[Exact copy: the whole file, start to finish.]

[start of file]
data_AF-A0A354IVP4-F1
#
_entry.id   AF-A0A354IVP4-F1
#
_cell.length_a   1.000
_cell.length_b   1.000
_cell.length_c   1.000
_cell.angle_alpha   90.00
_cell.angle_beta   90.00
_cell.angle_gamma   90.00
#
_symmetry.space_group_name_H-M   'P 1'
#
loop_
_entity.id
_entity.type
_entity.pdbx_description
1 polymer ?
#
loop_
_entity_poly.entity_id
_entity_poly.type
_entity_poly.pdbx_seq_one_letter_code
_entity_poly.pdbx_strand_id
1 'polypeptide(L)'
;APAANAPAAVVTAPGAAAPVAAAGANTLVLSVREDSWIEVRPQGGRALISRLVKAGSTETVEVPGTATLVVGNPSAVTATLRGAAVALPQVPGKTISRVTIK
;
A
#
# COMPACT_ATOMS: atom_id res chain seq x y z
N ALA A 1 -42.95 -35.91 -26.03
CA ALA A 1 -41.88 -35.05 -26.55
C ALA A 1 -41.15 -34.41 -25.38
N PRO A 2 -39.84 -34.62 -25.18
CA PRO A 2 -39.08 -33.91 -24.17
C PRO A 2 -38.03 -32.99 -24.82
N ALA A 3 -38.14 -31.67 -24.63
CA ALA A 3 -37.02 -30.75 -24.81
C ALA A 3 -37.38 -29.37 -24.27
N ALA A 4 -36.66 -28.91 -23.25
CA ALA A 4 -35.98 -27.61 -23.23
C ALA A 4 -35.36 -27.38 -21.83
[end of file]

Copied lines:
data_AF-A0A354IVP4-F1
#
_entry.id   AF-A0A354IVP4-F1
#
_cell.length_a   1.000
_cell.length_b   1.000
_cell.length_c   1.000
_cell.angle_alpha   90.00
_cell.angle_beta   90.00
_cell.angle_gamma   90.00
#
_symmetry.space_group_name_H-M   'P 1'
#
loop_
_entity.id
_entity.type
_entity.pdbx_description
1 polymer ?
#
loop_
_entity_poly.entity_id
_entity_poly.type
_entity_poly.pdbx_seq_one_letter_code
_entity_poly.pdbx_strand_id
1 'polypeptide(L)'
;APAANAPAAVVTAPGAAAPVAAAGANTLVLSVREDSWIEVRPQGGRALISRLVKAGSTETVEVPGTATLVVGNPSAVTATLRGAAVALPQVPGKTISRVTIK
;
A
#
# COMPACT_ATOMS: atom_id res chain seq x y z
N ALA A 1 -42.95 -35.91 -26.03
CA ALA A 1 -41.88 -35.05 -26.55
C ALA A 1 -41.15 -34.41 -25.38
N PRO A 2 -39.84 -34.62 -25.18
CA PRO A 2 -39.08 -33.91 -24.17
C PRO A 2 -38.03 -32.99 -24.82
N ALA A 3 -38.14 -31.67 -24.63
CA ALA A 3 -37.02 -30.75 -24.81
C ALA A 3 -37.38 -29.37 -24.27
N ALA A 4 -36.66 -28.91 -23.25
CA ALA A 4 -35.98 -27.61 -23.23
C ALA A 4 -35.36 -27.38 -21.83